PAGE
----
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Enterprises spend more than $16 million on hidden costs of detection-based security

money lock

Most organizations employ some kind of detection-based security to protect their systems. But a new report by cyber security company Bromium reveals that this approach has major hidden costs.

Upfront licensing and deployment costs security-detection tools like anti-virus are dwarfed by the cost of human skills and effort needed to manage and assess the millions of alerts and false-positive threat intelligence generated.

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NSA exploits leaked by hackers tweaked to work on all versions of Windows since 2000

Blurred Windows logo

A trio of NSA exploits leaked by hacking group TheShadowBrokers has been ported to work on all versions of Windows since Windows 2000.

The EternalChampion, EternalRomance and EternalSynergy exploits were made public by the group last year, and now a security researcher has tweaked the source code so they will run on nearly two decades' worth of Microsoft operating systems -- both 32- and 64-bit variants.

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GDPR and disclosing data breaches [Q&A]

With GDPR coming into force in May this year, companies are preparing themselves to comply with the new legislation, in particular putting in place procedures to deal with data breaches.

But some, like Uber -- who have suffered a breach in the past and covered it up -- may well be wondering whether it’s better to disclose these events now rather than risk them leaking out once GDPR is in force.

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Fewer than a fifth of enterprises have a notification plan in place for data breaches

Keyboard with GDPR date

With the EU's GDPR legislation coming into force in a few months, and new and potentially tougher legislation on data breaches planned in the US, a new study reveals that many enterprises are under prepared.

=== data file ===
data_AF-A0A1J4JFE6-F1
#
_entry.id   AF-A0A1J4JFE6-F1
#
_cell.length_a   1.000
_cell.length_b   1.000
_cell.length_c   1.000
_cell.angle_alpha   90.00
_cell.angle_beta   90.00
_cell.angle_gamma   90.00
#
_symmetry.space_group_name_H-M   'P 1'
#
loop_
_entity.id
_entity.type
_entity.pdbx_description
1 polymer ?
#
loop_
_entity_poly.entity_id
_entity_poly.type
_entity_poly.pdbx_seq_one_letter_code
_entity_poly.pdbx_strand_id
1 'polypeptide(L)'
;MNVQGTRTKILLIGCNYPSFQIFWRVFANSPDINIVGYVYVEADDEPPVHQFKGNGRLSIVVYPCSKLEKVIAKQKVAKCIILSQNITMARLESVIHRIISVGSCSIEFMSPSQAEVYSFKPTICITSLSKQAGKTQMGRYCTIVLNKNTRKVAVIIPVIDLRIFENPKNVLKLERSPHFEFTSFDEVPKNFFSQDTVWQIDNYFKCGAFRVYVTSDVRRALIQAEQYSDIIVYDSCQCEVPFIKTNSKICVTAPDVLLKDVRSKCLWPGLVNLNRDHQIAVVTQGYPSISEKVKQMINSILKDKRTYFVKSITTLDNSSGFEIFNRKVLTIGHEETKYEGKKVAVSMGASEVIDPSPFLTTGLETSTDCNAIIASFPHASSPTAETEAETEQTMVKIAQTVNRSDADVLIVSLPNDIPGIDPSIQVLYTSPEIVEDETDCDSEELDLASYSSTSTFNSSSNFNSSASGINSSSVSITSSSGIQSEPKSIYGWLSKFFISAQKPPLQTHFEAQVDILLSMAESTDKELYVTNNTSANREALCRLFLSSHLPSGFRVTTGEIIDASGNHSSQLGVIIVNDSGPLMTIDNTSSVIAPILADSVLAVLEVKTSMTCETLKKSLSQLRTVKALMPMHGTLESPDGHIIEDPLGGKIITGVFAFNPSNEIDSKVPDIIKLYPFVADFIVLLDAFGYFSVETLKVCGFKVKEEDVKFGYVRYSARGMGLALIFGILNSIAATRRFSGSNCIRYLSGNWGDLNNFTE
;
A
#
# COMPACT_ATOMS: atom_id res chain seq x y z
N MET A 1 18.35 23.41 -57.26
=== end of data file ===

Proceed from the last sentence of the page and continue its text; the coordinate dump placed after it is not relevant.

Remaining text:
The report from integrity assurance company Tripwire shows that less than a fifth (18 percent) say that they are fully prepared with a process in place to notify consumers in the event of a data breach. The majority (73 percent) say they are 'somewhat prepared' and would have to figure things out 'on the fly.'

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Cyber criminals in 'gold rush' to exploit cryptocurrencies

Bitcoin gold rush

A new report from risk management and threat intelligence company Digital Shadows shows that cyber criminals are looking to exploit the boom in interest and adoption of cryptocurrencies.

The study highlights the most common methods used by these criminal actors, which include crypto jacking, account takeovers, mining fraud and scams against initial coin offerings (ICOs).

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Security is top priority in choosing cloud solutions

cloud security

Security is the main priority when selecting cloud solutions according to a new report which shows businesses are increasingly adapting their security to suit the cloud.

The study for cloud security automation company Lacework carried out by analysts Hurwitz & Associates shows that 'safe and secure' tops the list of desirable cloud characteristics, cited by 53 percent of respondents.

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Windows Defender to root out dodgy registry cleaners and system optimization tools

Microsoft logo on the corner of a building

Microsoft is taking a firmer line with misleading system utilities and tools that try to scare users into paying for software. An update to Windows Defender means that software found to be "coercive" could be ripe for automatic removal.

New policies come into play in March as Microsoft tries to banish software that makes misleading claims or adversely affects system performance. Tools that exaggerate problems or resort to scare tactics are among those in the firing line.

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DDoS threats and bot attacks are biggest threats to API security


APIs power many of our digital experiences, but because they provide a window into applications they also present a security risk.

A new study from cyber security company Imperva reveals that 69 percent of companies have public-facing APIs which offer a route to the sensitive data behind applications.